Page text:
Traditional Owners

The traditional owners of the lands now known as Taroona were the Aboriginal people of the Derwent estuary. Relatively little is known about the indigenous people's use of these lands, although some shell middens are said to have been found along the shorelines.[1]

European Settlement

The first European settlement of the area now knows at Taroona took place in the early 19th century, when land was granted to settlers who had relocated from Norfolk Island. For the remainder of that century, the area was largely used for farming, and was sparsely populated. In the first half of the 20th century, more large and elegant residences were built, as well as beach shacks and cottages which were used for seaside holidays by the residents of Hobart.[1]
After WWII, significant subdivision of Taroona was undertaken, and the suburb's population rapidly expanded. Having been developed mainly in the "era of the automobile", Taroona was from the beginning a commuter suburb, and it has a notable absence of commercial or retail premises, with not even local corner stores servicing most of the area to this very day![1]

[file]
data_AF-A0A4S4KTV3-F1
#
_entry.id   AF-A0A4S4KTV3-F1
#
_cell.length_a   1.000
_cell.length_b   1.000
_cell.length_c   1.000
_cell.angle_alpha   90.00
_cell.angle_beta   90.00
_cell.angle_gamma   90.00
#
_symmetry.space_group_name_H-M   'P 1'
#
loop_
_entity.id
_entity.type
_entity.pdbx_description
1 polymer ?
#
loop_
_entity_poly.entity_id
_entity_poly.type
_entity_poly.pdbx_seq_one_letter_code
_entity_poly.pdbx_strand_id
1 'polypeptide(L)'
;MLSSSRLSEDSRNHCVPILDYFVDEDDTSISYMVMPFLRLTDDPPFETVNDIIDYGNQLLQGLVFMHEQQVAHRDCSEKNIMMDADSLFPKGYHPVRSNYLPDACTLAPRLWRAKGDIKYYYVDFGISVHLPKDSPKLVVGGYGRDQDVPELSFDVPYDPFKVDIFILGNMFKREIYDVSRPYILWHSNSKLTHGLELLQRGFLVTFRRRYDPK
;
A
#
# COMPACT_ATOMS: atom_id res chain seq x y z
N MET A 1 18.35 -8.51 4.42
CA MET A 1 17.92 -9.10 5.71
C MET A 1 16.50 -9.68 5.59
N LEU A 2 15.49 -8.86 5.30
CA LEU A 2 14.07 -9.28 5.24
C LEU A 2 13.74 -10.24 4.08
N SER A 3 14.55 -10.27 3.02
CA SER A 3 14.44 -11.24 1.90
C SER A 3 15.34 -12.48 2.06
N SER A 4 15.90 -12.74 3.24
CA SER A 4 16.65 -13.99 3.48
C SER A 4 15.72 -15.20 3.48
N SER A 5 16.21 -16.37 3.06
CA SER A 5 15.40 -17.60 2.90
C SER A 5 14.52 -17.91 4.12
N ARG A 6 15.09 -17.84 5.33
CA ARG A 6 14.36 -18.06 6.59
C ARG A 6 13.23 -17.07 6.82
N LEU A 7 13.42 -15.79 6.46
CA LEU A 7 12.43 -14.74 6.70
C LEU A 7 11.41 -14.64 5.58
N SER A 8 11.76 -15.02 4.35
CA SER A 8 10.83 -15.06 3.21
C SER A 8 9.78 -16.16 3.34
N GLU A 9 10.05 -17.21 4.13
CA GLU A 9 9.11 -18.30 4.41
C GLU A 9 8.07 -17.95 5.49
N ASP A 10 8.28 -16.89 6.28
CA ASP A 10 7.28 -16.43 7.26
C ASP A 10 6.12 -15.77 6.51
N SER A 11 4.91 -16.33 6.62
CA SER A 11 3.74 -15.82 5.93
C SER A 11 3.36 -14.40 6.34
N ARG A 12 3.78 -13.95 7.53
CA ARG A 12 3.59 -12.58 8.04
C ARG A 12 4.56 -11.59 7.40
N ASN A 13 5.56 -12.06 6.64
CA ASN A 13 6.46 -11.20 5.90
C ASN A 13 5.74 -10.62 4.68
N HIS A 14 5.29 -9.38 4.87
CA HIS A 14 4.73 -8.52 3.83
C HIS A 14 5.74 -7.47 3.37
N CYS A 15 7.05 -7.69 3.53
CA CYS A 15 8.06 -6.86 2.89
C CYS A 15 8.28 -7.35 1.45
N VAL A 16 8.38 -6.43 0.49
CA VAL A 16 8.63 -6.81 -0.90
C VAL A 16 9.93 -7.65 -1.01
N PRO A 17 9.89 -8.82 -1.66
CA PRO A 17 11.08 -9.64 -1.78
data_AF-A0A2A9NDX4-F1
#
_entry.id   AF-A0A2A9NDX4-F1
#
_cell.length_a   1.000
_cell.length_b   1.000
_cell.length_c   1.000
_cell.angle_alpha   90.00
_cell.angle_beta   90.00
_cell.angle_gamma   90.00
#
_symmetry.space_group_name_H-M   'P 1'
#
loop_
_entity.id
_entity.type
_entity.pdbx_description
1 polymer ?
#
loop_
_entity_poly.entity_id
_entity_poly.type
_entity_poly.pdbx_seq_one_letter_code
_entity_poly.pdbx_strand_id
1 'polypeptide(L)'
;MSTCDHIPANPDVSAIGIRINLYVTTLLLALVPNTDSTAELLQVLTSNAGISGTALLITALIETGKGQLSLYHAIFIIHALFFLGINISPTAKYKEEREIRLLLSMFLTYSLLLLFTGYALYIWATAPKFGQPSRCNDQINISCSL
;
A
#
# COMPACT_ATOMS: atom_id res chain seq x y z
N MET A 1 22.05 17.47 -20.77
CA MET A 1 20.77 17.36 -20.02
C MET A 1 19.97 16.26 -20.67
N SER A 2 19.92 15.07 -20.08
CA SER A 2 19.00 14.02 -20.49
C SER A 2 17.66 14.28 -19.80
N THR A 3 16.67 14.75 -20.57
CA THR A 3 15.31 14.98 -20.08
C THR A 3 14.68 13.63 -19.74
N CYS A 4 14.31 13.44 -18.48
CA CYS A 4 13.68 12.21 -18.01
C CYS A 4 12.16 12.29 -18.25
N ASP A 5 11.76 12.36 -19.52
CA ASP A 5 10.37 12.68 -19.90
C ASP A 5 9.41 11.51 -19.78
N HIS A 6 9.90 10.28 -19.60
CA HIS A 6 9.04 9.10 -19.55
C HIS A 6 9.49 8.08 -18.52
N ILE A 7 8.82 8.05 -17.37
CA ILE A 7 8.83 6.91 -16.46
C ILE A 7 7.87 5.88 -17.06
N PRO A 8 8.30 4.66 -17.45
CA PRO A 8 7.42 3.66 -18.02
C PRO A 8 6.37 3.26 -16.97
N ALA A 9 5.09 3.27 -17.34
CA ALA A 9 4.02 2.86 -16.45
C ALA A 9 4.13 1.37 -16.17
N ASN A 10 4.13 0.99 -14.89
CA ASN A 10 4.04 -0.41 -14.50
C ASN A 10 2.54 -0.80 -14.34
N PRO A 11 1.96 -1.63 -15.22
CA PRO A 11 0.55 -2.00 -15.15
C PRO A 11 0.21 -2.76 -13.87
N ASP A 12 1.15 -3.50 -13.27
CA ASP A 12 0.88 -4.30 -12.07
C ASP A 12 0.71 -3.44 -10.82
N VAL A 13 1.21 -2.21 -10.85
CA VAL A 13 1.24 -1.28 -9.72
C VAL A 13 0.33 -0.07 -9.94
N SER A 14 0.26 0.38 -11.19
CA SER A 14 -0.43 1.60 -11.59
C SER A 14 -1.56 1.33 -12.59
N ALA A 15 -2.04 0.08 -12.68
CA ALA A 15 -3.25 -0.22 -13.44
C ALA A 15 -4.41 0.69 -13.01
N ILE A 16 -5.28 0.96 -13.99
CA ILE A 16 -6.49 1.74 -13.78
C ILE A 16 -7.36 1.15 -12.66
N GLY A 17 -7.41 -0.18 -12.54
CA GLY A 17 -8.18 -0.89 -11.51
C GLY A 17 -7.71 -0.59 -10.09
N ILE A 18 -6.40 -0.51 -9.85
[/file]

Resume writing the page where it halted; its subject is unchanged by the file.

Establishment of Taroona High School

In 1958 a Public High School was established on a large parcel of land between the Channel Highway and the foreshore of the Derwent River about 300 m away. In 1960 the Taroona Primary School re-located to the same site, from an older building further south on the Channel Highway. The original primary school buildings were adapted for kindergarten and pre-school, but were burnt down in 1974. The kindergarten and pre-school was re-built adjacent to the primary school.